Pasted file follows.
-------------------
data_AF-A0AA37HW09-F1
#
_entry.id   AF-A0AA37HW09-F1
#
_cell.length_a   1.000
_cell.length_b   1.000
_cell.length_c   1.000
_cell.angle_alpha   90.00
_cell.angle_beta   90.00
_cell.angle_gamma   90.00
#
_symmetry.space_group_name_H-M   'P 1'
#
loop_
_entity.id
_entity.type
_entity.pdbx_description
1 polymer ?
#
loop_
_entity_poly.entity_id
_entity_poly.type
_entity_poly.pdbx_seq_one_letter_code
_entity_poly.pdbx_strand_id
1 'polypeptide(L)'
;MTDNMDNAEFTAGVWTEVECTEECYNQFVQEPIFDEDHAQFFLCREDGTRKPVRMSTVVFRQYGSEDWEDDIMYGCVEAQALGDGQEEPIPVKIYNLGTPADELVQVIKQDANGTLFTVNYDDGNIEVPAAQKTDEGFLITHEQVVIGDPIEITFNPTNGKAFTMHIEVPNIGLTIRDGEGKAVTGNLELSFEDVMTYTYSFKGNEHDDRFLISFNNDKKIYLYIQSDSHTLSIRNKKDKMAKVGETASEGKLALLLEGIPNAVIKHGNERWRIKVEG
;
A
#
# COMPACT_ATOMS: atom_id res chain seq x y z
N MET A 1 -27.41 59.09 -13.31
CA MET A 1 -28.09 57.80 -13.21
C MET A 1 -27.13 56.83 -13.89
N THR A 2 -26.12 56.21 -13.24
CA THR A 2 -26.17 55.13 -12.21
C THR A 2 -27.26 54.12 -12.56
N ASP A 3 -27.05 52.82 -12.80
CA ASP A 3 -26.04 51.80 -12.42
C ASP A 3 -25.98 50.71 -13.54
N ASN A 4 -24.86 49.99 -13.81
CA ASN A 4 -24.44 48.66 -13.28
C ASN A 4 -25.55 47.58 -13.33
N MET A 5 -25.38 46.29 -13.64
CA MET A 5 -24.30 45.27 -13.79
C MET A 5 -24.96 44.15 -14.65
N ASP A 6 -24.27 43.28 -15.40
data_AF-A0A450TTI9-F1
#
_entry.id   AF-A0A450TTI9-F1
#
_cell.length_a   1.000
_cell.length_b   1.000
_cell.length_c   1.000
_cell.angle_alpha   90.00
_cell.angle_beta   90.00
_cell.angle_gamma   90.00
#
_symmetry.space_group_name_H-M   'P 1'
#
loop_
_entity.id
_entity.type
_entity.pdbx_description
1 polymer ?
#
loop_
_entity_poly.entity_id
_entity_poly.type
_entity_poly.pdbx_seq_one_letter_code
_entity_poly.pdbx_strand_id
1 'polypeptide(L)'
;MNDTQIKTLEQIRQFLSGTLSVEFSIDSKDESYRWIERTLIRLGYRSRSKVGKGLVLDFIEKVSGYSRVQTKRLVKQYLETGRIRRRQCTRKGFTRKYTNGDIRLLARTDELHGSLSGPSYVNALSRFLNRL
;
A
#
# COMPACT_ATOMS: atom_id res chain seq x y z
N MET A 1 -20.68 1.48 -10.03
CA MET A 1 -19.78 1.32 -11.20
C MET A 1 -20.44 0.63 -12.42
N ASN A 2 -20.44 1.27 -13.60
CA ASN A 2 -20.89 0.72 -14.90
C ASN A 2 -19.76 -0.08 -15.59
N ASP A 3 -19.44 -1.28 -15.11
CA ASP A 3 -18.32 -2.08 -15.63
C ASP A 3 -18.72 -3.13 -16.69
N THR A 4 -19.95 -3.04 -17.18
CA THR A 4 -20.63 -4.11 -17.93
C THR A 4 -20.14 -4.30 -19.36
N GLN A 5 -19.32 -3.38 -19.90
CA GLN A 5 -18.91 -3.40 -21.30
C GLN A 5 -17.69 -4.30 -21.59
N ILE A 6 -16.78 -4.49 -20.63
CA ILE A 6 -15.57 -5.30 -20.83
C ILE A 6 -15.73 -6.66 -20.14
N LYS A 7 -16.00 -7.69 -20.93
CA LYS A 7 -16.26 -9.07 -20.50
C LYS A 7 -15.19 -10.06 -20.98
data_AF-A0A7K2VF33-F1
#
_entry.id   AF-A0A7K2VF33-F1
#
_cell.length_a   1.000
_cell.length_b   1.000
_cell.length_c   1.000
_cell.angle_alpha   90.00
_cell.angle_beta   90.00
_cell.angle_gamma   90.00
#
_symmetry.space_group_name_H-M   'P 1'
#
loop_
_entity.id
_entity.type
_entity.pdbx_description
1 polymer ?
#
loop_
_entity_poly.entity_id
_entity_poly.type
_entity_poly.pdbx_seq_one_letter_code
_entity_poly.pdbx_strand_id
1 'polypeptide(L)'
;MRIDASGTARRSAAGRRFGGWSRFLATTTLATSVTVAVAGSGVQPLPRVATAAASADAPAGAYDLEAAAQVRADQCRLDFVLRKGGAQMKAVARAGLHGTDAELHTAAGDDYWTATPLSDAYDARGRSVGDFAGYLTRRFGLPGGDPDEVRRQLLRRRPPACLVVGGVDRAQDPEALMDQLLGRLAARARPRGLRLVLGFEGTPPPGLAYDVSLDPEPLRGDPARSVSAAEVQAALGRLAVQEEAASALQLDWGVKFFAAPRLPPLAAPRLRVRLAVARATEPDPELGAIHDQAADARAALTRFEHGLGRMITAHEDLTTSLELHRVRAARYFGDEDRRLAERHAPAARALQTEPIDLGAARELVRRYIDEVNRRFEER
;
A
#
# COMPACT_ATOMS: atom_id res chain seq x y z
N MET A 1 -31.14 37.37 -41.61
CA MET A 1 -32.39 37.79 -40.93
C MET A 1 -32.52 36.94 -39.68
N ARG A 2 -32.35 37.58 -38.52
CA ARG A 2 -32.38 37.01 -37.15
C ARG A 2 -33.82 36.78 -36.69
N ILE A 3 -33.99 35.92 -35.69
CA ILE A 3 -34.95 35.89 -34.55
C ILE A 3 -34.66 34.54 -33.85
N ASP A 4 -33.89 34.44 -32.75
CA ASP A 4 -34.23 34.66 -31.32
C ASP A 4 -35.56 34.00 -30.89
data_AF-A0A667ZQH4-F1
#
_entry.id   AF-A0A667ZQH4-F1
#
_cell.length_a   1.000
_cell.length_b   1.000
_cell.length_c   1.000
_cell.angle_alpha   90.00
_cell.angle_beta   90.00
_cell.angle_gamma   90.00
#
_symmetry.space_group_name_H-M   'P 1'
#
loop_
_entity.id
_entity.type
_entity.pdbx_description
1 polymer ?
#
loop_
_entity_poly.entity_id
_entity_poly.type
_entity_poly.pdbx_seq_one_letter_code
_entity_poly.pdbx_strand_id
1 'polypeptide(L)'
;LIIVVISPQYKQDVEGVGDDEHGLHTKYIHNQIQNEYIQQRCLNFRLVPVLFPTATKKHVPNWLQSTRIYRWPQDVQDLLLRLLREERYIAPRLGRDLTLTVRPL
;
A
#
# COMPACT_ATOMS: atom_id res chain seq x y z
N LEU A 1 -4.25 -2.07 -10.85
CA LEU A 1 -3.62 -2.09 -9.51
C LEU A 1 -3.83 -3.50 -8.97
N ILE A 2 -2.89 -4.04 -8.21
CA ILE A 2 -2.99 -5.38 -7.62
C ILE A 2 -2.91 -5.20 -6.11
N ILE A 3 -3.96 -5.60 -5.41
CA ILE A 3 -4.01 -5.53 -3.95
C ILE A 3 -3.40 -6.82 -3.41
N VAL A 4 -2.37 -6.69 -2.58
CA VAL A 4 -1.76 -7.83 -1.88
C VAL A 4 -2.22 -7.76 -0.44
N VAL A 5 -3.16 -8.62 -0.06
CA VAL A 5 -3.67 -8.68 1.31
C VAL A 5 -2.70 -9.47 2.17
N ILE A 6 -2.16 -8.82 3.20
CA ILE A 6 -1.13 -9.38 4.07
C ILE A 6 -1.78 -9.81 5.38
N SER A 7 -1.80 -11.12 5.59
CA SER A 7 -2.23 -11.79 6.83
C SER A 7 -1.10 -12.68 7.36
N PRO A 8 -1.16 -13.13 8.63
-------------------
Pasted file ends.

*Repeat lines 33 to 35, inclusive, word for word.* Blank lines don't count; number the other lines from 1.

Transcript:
C MET A 1 -27.13 56.83 -13.89
N THR A 2 -26.12 56.21 -13.24
CA THR A 2 -26.17 55.13 -12.21